Jessie Freschl comes from a long lineage of fashion and style lovers. Her grandmother started a clothing boutique in Milwaukee, Wisconsin, which was later passed on to Jessie’s mother and then onto Jessie herself. A great deal of her childhood consisted of sleeping in fitting rooms and sewing new clothes for her dolls. The art of fashion was instilled in her from a young age, and it ultimately guided her into adulthood.
In 2010, Jessie moved to New York City and started her personal styling business, Freschstyle. Many of her clients were individuals with high net worths and closets full of luxury clothes. After a few years of personal styling, Jessie realized that her clients stimulated the economy by always buying new but they didn’t want to just throw their old clothes out. This is where she got the idea to start Repurpose.
After two years, Repurpose was able to be established as a non-profit. All net proceeds from sales on Repurpose go directly to women and family first charities in New York City. A list of some of the charities Repurpose supports can be found here. When asked what she would like people to know about Repurpose, Jessie said, “it’s clothing from women, for women.”Repurpose began as an unofficial extension of Freschstyle, in which Jessie helped her clients organize their wardrobes by what they wanted to keep and what they wanted to get rid of. The clothes her clients would get rid of were then sold to people who wanted luxury goods but didn’t necessarily want to pay full price for them. Then the profit from these sales would go to charity. This process worked well for everyone involved, as charities were receiving donations and donors were able to receive tax deductions for their philanthropy. After about five years, Jessie decided that this service should be a separate entity from her styling company and, thus, Repurpose was born.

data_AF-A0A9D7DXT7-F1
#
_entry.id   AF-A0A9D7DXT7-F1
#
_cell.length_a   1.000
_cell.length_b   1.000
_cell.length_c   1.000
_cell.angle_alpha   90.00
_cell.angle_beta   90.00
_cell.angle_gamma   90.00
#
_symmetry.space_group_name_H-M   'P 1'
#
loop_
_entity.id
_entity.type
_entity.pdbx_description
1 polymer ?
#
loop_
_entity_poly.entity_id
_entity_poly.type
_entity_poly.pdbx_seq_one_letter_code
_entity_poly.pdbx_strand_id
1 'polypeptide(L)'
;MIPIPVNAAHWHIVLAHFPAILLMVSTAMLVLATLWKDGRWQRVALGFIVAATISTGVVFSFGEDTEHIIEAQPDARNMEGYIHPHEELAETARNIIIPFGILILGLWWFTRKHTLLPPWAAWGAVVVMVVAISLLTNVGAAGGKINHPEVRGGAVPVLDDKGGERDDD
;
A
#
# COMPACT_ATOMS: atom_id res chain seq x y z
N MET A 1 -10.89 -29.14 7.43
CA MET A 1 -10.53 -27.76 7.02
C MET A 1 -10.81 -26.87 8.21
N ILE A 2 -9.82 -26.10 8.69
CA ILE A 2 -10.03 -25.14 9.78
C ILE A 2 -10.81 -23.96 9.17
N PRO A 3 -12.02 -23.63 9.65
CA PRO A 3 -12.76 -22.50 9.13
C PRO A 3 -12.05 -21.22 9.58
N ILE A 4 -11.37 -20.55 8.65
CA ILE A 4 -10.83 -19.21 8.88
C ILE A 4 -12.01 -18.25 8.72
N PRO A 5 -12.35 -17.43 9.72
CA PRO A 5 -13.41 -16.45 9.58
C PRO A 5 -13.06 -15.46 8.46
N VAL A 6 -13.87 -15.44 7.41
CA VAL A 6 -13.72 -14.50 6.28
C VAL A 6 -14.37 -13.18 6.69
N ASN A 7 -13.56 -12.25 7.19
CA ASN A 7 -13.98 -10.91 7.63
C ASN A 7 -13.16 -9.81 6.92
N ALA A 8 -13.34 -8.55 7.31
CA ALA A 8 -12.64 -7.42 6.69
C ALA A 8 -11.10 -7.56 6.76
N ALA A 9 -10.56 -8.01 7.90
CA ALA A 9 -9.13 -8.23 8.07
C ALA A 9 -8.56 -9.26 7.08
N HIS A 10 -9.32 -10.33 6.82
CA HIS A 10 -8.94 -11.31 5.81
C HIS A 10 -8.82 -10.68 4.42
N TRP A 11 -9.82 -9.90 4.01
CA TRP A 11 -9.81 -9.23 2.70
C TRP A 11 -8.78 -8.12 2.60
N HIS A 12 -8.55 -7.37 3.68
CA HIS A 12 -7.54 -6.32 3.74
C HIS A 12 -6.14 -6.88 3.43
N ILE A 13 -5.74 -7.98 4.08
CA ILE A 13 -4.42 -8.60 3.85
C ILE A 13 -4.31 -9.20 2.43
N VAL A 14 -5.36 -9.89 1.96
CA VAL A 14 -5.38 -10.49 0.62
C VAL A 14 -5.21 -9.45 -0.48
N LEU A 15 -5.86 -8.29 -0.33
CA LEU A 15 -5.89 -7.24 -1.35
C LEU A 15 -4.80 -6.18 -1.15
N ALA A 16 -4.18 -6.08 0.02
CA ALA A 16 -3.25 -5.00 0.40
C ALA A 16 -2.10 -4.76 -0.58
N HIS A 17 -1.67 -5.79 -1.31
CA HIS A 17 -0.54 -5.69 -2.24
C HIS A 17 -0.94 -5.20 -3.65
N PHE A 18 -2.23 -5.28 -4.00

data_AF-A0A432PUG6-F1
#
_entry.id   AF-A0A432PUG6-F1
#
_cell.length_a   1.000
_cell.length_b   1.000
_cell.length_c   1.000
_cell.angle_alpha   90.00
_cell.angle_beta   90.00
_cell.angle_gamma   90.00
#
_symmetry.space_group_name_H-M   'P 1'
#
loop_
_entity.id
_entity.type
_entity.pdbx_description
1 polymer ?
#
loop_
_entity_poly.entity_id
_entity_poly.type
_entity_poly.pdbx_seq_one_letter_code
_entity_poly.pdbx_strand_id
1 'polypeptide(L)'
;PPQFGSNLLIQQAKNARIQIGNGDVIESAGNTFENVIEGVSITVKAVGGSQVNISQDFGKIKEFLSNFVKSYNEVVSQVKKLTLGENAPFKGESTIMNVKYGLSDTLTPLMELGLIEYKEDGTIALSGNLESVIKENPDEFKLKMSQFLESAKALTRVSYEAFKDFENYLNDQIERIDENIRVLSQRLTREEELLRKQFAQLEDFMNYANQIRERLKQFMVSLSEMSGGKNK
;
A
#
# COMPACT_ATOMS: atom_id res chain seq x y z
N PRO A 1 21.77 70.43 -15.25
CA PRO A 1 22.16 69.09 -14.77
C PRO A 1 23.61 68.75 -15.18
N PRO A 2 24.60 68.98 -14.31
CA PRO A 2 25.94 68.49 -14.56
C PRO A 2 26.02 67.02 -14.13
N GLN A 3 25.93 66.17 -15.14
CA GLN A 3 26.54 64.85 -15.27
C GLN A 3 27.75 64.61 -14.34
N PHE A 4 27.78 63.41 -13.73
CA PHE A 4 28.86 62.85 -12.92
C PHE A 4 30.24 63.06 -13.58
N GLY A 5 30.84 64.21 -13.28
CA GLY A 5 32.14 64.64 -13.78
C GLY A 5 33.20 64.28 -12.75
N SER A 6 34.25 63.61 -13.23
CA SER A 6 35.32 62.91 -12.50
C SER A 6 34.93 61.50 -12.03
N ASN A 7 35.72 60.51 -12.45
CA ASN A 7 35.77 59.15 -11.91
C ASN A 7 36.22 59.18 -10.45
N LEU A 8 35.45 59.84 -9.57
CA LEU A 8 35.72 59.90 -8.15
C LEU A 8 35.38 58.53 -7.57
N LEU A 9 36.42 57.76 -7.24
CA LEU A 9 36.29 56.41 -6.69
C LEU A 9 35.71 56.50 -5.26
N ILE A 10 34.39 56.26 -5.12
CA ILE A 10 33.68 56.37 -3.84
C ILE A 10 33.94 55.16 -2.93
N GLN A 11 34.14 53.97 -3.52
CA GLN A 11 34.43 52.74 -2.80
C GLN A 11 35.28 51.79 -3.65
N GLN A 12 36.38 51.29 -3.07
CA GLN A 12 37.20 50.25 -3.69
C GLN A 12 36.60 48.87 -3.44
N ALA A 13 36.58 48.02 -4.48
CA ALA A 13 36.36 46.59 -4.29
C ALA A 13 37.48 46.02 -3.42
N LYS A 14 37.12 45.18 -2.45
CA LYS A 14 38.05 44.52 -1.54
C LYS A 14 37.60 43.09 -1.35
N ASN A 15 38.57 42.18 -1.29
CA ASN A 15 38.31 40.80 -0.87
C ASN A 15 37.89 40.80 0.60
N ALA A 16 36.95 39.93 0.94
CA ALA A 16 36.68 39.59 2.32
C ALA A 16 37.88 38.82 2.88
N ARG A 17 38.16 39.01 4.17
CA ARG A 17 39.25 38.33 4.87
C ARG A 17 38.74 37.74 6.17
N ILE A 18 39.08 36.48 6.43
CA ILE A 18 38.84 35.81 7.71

She hopes that, in three years, Repurpose will be able to give away $350,000 worth of grants to partnering non-profits. She also wants people to know how important sustainability is to Repurpose’s mission. Instead of throwing away unwanted clothing, they can now be donated to Repurpose and support underserved communities in the U.S. as well.
Jessie emphasized that her hope for a better world for her children inspired her to create Repurpose. She wanted to show them that “we all can be activists in some shape or form” and that they can do their part in making the United States a better place for everyone. Starting Repurpose was a leap of faith for Jessie, and she expressed that, “even if it fails at least she tried.” This is a sentiment that she strives to instill in her children through her business.
When asked about the future of Repurpose, Jessie wants to be able to expand it into a brick-and-mortar. She also looks forward to seeing Repurpose stores across the U.S.
Repurpose is committed to raising funds to fight COVID-19 and systemic policy racism by partnering with the following organizations. Net proceeds of online sales will go to the following organizations:
Blog post written by Kayla Sabre